By “fusion bonding” is meant that the pipe is heated sufficiently to melt bond the preformed film to the primer layer or intervening barrier layer. That is to say, that the primer/film interface, or the interfaces of the primer layer/barrier layer/preformed film as the case may be, are melted together sufficiently to adhere the film firmly to the layer(s). Fusion bonding temperatures are dependent on the particular fluoropolymer present in the preformed film. For PFA or FEP, the pipe is heated (baked) by conventional means to a temperature between 500 to 700° F. (260 to 371° C.). For ETFE, the pipe is heated by conventional means to a temperature between 550° to 630° F. (288 to 332° C.). Time for fusion bonding will be dependent on the baking temperature used but is typically from 5 minutes to 60 minutes. Baking time and temperature must be sufficient to achieve a firm melt bond between the preformed film and the primer or barrier layer. As the pipe cools, there is a tendency for the preformed film to shrink. Unexpectedly, the intercoat bonding between the primer layer (and barrier layer, if present) and the preformed film is sufficient to prevent the film from pulling away from the primer layer or barrier layer.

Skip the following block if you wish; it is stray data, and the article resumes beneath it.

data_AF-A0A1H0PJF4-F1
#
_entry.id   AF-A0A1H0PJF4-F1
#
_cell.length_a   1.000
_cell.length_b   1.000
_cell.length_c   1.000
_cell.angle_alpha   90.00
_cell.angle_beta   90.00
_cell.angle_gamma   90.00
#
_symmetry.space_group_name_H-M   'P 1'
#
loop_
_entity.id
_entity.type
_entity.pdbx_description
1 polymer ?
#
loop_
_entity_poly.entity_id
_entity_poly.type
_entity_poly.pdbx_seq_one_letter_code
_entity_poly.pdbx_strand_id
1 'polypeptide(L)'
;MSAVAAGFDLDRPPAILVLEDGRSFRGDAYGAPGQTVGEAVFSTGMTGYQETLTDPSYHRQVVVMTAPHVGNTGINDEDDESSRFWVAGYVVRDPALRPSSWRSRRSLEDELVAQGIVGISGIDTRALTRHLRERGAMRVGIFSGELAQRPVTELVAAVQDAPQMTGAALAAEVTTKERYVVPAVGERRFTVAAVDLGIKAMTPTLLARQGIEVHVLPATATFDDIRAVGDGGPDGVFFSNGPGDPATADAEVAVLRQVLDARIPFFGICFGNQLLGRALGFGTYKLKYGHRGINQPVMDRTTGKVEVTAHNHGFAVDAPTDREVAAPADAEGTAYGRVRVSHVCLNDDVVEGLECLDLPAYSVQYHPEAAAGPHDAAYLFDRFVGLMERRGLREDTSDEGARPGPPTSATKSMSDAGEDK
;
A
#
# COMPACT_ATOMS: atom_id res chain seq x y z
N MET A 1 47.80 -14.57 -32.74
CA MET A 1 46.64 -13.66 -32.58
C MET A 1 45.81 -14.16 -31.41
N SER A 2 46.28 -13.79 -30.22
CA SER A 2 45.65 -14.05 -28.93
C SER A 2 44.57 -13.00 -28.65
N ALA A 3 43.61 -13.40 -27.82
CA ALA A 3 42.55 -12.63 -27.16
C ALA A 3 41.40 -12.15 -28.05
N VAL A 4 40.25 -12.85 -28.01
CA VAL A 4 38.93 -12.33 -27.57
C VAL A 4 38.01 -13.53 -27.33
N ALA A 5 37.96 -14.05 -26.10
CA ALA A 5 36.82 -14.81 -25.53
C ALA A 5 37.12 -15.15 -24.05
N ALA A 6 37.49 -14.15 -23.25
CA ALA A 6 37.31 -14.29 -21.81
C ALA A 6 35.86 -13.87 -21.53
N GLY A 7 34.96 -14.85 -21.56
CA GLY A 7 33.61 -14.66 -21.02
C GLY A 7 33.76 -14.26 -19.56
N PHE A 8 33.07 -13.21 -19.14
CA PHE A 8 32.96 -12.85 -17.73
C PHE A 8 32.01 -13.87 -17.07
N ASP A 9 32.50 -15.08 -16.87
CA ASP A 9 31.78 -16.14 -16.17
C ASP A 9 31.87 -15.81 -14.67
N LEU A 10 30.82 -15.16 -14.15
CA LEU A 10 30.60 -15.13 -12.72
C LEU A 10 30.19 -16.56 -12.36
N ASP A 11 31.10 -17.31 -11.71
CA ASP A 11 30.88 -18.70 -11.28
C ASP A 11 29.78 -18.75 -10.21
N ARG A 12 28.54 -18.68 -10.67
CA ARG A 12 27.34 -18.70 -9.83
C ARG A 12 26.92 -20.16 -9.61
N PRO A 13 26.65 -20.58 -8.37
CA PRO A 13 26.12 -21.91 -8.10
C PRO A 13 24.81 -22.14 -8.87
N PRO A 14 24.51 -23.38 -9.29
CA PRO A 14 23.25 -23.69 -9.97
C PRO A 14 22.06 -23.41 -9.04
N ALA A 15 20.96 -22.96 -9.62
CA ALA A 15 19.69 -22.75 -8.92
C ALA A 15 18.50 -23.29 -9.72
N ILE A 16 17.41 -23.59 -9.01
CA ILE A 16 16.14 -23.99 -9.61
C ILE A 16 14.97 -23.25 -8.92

The preformed film is sufficiently thick and defect free so as to minimize the passage of corrosive material to the interior surface of the pipe. The presence of fluoropolymer in the preformed film provides both excellent impermeability and nonstick character. The presence of fluoropolymer in the primer layer enables the preformed film to fusion bond to the primer layer in the carrying out of the baking step.